Noah Kagan previously worked for Facebook and Mint. Since then he’s founded two seven-figure businesses: AppSumo, a daily deal site for techies, and SumoMe.com, which offers free tools that build website traffic. At Mint, Noah was responsible for the marketing and project launch that grew the user base from zero to 1 million.
Noah and I consider why it’s more important to communicate the problem you’re solving for customers than telling them the nuances of how. Noah explains why it’s essential to limit your time and money when you’re creatively tackling a task, and why he so intently focuses on a narrow target market. He shares the strategy he implemented at Mint to grow their audience in the nine months leading up to launch, and how he applies the same innovative attitude to his work at Sumo.
You aren’t going to make waves by using the same old marketing strategies – don’t be afraid to try some of Noah’s techniques and turn some heads!
Welcome to The Brainfluence podcast with Roger Dooley, author, speaker, and educator on neuromarketing and the psychology of persuasion. Every week, we talk with thought leaders that will help you improve your influence with factual evidence and concrete research. Introducing your host, Roger Dooley.
Roger Dooley: Welcome to The Brainfluence Podcast, I’m Roger Dooley. Joining us this week is my friend and fellow Austinite, Noah Kagan. Noah has a knack for being in the right place at the right time. He was employee number 30 at Facebook and number four at Mint. Now he’s the chief sumo at sumome.com and AppSumo. Most importantly, he’s one of the best-known taco connoisseurs. Since Austin is the taco capital of the world, that’s like being one of the top sommeliers in Paris. Noah now has a new podcast too that I’m sure that we’ll learn more about. Noah, welcome to the show.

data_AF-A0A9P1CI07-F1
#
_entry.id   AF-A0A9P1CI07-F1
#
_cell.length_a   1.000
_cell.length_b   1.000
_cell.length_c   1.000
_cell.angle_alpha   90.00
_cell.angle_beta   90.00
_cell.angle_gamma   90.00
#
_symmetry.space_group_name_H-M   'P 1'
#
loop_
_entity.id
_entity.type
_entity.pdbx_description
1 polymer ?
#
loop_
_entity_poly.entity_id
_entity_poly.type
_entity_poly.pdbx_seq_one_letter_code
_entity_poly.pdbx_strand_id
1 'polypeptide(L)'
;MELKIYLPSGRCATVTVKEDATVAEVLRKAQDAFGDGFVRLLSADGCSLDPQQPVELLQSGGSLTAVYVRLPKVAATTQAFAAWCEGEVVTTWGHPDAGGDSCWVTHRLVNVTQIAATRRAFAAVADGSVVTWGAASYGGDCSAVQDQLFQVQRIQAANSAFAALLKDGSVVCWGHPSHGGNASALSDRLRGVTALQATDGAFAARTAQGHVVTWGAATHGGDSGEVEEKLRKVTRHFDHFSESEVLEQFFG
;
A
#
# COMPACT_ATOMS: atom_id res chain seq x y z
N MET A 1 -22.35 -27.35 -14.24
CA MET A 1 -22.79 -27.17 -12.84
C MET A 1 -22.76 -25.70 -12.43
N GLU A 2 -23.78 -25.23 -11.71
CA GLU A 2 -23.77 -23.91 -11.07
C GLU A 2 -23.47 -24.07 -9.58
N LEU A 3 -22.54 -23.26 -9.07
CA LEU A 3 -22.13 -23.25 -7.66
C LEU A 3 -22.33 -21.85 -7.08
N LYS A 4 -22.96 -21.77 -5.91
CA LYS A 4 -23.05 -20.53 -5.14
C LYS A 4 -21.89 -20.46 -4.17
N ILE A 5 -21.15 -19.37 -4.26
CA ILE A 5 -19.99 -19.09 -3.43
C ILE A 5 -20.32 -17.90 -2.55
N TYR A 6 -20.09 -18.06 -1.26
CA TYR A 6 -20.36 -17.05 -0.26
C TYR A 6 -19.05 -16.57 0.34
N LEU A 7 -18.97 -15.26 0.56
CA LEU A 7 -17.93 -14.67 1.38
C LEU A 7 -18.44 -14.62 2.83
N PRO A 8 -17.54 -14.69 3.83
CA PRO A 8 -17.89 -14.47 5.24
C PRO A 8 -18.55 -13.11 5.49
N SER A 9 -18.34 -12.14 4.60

Noah Kagan: Thanks for having me, Roger.
Roger Dooley: Great. Now, we were going to do this over tacos but decided to connect electronically instead. I know our listeners will probably appreciate the sound quality, but I haven’t had lunch yet so that growling noise you hear will probably be me thinking about tacos. For those of our listeners who may get to Austin, do you have any recommendations for taco joints?
Noah Kagan: Yeah, I’d say Taco Deli is the best tacos in the world, to go get the cowboy taco. It’s probably true for marketing and business in a lot of different things, one, there’s a lot of different taco places in a lot of cities, and two, different taco places are good at different things. Rosita’s on Riverside is good for pastor, and Pueblo Viejo has really good breakfast tacos. So each place kind of has its own strengths.